Thursday, October 30, 2014

Christopher Wordsworth

Bishop Christopher Wordsworth (October 30, 1807, - March 20, 1885) was the son of an Anglican minister and the nephew of England's Poet Laureate William Wordsworth.  He was educated at Trinity College, Cambridge, where his father was also Master.  Successful both in scholarship and athletics, he was nicknamed "Great Christopher" at school for the many honors and awards he received.  

After taking holy orders in 1830 he remained in the education field at Cambridge and Harrow, finally becoming the vicar of the Anglican parish of Stanford-in-the-Vale-cum-Goosey in Berkshire for eighteen years.  He was appointed Bishop of Lincoln in 1869, where he remianed until his death.

He published several books in various areas of scholarship.  Most of his hymns appeared in The Holy Year (1862) a collection he edited which contains hymns for each Sunday of the church's liturgical year as well as for various feast days of the Anglican church.

 O God of heav’n and earth and sea,
To thee all praise and glory be;
How shall we show our love to thee,
Who givest all?

The golden sunshine, vernal air,
Sweet flowers and fruits, thy love declare;
Where harvests ripen, thou art there,
Who givest all.

For peaceful homes and healthful days,
For all the blessings earth displays,
We owe thee thankfulness and praise,
Who givest all.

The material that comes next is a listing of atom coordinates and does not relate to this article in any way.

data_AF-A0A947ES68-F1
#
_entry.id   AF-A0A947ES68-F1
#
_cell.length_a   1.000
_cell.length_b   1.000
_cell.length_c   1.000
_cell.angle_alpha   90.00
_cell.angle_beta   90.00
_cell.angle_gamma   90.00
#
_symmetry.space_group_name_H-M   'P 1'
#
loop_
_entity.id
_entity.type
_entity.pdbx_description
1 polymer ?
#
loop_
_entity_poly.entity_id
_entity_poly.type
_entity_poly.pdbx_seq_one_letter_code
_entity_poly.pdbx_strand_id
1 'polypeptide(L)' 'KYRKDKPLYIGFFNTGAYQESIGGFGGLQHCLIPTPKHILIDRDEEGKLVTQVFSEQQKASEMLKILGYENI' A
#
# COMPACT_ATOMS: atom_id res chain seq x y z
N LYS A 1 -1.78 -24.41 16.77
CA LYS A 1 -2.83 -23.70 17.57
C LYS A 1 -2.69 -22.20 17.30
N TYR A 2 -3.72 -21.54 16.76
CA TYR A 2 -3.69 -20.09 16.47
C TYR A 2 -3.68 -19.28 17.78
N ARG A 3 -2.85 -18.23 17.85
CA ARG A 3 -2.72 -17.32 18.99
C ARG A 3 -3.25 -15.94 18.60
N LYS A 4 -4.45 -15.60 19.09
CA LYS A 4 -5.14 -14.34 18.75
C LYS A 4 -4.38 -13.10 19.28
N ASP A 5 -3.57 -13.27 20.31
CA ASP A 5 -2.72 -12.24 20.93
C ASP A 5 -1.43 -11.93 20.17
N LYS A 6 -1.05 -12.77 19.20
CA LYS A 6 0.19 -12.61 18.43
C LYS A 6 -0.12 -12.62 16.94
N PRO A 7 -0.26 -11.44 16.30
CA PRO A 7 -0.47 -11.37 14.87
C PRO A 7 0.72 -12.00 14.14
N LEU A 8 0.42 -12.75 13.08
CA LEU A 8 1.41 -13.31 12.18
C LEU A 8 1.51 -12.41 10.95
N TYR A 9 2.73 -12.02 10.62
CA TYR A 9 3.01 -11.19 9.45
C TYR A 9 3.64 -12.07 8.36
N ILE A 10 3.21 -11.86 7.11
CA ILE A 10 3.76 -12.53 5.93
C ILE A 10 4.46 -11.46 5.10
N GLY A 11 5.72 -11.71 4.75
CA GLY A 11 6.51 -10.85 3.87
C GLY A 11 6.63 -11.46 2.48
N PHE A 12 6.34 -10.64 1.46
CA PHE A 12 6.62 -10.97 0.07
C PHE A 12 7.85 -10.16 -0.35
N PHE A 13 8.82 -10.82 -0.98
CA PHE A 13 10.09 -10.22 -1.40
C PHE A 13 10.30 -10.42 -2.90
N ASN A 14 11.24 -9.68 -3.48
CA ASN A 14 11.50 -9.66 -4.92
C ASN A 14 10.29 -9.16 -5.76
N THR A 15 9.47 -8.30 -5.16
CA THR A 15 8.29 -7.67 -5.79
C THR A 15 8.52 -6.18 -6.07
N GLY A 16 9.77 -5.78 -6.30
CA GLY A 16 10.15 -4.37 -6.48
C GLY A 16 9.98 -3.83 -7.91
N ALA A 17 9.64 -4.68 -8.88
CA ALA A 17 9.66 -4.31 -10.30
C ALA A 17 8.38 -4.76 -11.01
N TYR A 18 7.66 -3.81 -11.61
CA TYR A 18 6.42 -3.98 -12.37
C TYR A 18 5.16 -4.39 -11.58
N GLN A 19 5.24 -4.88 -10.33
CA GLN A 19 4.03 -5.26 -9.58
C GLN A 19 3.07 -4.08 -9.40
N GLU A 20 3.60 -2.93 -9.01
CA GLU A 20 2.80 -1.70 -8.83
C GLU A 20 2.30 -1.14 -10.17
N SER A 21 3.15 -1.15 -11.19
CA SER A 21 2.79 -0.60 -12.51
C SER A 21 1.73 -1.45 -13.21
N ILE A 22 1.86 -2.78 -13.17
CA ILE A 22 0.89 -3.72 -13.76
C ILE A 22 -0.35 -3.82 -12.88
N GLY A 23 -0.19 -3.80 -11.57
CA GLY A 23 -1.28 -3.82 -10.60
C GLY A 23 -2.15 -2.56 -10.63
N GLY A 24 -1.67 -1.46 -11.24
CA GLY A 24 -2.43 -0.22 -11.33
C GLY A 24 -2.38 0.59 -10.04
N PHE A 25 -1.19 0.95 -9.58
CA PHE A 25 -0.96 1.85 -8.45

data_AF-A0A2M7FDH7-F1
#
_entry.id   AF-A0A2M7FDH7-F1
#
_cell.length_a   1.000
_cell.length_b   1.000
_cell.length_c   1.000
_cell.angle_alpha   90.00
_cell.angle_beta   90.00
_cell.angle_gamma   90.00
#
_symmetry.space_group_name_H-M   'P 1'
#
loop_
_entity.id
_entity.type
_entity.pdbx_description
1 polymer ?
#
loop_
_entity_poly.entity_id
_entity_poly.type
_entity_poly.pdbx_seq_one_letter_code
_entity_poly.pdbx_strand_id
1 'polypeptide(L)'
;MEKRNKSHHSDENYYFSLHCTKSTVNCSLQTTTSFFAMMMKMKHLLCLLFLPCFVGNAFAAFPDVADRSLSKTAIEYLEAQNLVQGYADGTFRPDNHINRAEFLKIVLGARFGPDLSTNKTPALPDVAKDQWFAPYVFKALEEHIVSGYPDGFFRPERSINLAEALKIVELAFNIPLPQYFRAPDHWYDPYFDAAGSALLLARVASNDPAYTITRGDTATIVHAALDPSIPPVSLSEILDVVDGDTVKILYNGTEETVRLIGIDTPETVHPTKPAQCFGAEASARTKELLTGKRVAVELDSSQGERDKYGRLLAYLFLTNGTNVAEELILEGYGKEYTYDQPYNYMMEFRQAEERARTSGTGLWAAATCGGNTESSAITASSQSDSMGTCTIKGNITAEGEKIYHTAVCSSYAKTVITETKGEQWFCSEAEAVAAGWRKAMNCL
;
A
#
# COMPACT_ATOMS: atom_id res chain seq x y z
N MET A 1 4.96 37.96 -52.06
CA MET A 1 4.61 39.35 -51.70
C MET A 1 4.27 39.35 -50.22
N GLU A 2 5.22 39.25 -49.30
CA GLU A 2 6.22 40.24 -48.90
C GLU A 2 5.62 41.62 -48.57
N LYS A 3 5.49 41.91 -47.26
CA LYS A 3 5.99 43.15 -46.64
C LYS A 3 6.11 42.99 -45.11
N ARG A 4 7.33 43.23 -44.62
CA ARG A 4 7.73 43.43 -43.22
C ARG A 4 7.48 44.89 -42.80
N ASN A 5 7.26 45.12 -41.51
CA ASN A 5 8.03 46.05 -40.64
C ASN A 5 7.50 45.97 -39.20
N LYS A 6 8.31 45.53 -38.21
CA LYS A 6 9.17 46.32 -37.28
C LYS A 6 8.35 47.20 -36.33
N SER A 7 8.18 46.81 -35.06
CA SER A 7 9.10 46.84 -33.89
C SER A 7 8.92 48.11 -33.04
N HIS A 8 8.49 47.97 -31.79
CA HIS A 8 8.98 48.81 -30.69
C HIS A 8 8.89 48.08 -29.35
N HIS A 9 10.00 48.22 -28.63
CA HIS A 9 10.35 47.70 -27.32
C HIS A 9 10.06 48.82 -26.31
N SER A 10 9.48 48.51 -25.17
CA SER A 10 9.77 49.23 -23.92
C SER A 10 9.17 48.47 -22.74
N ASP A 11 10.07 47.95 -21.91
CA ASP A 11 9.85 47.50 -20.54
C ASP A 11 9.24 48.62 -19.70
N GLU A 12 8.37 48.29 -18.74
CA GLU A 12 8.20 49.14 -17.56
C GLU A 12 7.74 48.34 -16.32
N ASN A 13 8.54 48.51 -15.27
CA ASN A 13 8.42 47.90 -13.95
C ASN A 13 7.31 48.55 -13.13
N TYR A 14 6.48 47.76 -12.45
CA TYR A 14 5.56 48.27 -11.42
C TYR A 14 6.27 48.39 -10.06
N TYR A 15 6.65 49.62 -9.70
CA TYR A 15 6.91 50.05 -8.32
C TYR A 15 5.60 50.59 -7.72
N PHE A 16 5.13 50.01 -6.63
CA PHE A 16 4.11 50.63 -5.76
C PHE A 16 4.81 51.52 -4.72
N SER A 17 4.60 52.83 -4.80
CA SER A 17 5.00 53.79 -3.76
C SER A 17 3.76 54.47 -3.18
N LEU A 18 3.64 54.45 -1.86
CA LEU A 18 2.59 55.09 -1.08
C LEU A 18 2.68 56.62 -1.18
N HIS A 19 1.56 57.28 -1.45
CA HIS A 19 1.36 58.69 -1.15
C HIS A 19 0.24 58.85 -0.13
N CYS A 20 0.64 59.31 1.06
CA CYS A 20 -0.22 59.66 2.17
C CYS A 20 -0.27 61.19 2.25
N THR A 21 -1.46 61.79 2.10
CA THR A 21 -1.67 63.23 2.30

We lose what on ourselves we spend,
We have as treasure without end
Whatever, God, to thee we lend,
Who givest all.

Whatever, God, we lend to thee,
Repaid a thousand-fold will be;
Then gladly will we give to thee
Who givest all.

To thee, from whom we all derive
Our life, our gifts, our power to give:
O may we ever with thee live,
Who givest all.

Christopher Wordsworth, 1863; alt.
Robert N. Quaile, 19th cent. 

Now this hymn is even more appropriate for the season of stewardship that many churches are currently observing.

Six Years Ago: Christopher Wordsworth 

Five Years Ago: Adelaide Anne Procter

Four Years Ago: Adelaide Anne Procter

Sunday, October 26, 2014

No Act Falls Fruitless

In this time of year many churches are emphasizing the theme of stewardship in preparation of their annual budgets.  Unsurprisingly, this is generally considered to be about money, but sometimes there will be discussion about other gifts we can bring to our communities and to the wider world.  This hymn reminds us of the smallest kinds of things that we can do every day in the stewardship of our spiritual mission.